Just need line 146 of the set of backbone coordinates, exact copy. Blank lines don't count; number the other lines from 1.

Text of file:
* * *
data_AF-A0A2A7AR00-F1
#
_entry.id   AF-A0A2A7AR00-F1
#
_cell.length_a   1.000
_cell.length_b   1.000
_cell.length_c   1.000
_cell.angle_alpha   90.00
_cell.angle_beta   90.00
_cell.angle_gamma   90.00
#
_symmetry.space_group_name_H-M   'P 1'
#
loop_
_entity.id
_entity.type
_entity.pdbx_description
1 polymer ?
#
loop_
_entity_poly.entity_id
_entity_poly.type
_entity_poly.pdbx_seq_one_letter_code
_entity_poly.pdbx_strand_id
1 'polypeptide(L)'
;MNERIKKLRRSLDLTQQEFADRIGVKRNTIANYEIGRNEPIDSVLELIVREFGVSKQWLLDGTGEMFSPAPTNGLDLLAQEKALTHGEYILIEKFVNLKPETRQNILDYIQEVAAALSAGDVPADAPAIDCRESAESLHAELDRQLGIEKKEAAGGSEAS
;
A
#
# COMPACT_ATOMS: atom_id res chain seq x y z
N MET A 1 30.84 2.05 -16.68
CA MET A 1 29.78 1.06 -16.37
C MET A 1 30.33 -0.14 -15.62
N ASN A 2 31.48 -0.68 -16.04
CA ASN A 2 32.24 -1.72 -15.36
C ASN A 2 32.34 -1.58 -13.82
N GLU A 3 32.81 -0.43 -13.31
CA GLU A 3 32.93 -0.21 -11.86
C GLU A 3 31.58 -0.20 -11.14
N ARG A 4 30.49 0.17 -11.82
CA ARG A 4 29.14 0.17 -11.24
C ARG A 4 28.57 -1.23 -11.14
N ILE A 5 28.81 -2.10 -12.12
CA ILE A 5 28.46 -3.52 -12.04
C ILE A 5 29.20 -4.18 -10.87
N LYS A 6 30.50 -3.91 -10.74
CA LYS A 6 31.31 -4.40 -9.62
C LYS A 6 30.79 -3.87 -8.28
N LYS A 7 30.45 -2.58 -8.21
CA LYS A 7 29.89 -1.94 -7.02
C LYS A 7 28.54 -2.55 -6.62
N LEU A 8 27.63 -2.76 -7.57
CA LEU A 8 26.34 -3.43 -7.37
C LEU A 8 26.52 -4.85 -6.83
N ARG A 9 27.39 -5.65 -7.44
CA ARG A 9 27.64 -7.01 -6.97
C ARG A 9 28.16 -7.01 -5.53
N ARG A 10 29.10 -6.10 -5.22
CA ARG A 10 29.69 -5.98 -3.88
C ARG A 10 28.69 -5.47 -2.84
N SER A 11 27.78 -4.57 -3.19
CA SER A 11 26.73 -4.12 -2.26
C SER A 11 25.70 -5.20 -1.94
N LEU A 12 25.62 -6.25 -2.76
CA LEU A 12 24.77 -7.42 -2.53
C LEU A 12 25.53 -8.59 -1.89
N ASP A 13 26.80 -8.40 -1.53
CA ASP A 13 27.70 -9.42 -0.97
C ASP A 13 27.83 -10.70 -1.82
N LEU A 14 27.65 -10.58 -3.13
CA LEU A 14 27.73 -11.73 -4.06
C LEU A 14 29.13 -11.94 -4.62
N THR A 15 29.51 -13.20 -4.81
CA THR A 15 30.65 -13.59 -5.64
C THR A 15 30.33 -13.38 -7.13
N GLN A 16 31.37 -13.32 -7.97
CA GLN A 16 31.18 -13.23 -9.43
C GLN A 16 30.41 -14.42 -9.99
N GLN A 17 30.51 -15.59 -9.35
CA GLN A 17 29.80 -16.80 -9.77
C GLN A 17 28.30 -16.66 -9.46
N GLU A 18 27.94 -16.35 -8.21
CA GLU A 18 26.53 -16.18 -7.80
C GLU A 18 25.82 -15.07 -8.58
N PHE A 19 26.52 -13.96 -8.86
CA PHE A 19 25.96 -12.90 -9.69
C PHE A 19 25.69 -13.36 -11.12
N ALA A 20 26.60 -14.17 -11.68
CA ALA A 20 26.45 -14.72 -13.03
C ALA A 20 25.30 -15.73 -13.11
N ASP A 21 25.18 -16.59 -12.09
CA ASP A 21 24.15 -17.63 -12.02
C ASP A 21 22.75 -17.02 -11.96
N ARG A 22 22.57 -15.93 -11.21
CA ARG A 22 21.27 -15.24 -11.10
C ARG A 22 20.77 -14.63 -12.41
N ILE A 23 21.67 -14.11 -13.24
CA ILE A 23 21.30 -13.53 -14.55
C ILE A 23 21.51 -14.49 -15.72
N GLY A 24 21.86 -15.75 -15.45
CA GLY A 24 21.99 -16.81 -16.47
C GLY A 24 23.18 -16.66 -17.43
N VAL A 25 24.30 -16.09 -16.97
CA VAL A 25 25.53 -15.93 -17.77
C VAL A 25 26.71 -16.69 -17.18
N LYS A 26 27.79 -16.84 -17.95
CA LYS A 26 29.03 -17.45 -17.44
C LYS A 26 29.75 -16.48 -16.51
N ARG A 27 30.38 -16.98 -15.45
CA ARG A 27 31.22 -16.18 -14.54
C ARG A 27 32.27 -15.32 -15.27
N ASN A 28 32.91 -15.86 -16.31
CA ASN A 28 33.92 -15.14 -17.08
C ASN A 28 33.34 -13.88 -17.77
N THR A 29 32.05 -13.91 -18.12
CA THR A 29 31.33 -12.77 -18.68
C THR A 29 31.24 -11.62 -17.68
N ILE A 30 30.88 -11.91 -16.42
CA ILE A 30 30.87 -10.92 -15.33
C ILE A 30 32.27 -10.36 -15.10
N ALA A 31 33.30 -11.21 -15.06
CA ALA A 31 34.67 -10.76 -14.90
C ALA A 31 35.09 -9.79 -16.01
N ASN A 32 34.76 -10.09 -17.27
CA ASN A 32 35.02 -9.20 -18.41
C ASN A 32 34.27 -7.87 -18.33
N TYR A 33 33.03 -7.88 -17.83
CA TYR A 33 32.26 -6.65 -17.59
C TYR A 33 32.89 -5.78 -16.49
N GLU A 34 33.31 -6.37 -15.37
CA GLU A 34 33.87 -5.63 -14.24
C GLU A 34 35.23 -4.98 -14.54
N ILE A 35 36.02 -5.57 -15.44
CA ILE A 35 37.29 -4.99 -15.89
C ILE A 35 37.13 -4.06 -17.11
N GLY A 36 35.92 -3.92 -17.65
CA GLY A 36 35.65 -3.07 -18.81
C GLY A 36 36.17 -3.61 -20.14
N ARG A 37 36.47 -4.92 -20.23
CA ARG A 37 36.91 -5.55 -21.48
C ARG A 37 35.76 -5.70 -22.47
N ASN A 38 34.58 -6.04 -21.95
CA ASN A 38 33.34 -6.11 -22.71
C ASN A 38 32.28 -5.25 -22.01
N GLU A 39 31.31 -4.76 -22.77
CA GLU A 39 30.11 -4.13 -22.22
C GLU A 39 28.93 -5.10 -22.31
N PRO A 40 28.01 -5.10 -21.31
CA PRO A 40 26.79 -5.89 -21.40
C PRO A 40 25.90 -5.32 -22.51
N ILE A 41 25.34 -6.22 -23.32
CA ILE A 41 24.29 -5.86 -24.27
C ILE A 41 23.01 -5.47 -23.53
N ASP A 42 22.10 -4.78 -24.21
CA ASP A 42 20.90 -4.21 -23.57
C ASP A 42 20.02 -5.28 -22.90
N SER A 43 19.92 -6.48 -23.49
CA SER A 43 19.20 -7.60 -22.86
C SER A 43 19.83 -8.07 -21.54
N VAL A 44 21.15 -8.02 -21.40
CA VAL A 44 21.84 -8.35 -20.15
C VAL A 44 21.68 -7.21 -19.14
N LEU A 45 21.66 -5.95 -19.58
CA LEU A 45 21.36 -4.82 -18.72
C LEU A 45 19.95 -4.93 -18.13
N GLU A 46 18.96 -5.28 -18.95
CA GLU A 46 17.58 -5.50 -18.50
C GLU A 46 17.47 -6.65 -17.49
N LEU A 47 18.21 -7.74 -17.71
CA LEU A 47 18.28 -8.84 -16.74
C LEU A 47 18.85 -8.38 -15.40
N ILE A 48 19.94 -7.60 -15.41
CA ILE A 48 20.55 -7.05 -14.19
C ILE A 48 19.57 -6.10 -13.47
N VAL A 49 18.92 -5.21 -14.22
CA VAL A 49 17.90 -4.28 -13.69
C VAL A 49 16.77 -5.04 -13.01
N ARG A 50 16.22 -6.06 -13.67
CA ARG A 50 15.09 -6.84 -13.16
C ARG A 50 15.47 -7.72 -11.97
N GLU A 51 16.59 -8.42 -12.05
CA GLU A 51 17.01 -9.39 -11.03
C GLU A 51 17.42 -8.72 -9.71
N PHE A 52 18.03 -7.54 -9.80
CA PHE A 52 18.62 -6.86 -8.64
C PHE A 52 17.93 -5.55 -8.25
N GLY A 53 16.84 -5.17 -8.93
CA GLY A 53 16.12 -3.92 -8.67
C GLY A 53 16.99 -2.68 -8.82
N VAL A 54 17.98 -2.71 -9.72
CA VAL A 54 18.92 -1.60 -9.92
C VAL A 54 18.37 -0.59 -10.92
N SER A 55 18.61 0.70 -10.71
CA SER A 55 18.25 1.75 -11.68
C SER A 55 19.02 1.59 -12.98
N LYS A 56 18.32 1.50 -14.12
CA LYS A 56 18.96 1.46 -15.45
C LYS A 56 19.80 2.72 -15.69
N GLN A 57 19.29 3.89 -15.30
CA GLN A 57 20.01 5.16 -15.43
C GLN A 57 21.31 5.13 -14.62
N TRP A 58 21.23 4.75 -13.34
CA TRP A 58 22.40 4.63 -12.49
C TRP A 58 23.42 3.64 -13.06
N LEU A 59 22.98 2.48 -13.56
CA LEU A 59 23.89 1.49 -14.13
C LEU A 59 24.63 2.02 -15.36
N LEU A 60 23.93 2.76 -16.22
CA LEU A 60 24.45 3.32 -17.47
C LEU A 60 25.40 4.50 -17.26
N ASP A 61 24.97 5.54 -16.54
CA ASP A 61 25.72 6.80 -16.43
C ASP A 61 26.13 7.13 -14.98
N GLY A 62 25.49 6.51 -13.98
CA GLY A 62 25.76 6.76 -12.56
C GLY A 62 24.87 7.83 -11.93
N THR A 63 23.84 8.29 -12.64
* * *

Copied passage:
CA GLU A 39 30.11 -4.13 -22.22